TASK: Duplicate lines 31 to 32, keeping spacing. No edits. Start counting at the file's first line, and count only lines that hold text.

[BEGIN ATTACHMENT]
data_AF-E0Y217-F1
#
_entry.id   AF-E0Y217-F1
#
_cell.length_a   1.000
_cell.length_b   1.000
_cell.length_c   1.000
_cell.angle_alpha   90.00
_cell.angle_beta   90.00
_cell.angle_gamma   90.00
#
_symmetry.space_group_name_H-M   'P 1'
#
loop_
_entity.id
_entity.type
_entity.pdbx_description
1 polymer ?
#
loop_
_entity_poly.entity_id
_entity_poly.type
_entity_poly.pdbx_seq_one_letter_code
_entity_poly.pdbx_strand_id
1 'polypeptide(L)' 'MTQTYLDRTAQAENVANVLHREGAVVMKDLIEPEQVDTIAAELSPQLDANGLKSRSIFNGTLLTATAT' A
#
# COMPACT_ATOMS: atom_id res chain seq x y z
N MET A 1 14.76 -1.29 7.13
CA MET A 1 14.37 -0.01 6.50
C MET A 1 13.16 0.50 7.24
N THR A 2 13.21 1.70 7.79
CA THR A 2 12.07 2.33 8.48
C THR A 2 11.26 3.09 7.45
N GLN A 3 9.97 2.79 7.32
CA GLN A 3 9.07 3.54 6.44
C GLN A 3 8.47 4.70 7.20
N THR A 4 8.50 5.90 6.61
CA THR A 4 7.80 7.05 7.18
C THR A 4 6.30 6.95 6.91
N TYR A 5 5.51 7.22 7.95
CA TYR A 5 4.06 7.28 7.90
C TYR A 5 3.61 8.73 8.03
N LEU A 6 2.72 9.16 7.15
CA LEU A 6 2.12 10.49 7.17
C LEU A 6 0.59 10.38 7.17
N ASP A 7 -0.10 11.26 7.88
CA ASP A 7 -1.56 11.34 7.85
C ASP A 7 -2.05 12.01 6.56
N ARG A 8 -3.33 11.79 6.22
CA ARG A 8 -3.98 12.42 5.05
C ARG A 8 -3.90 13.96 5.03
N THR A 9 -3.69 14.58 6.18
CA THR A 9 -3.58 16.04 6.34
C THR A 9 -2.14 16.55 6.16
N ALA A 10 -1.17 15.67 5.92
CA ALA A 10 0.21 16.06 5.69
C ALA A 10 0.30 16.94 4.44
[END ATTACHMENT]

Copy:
N THR A 2 13.21 1.70 7.79
CA THR A 2 12.07 2.33 8.48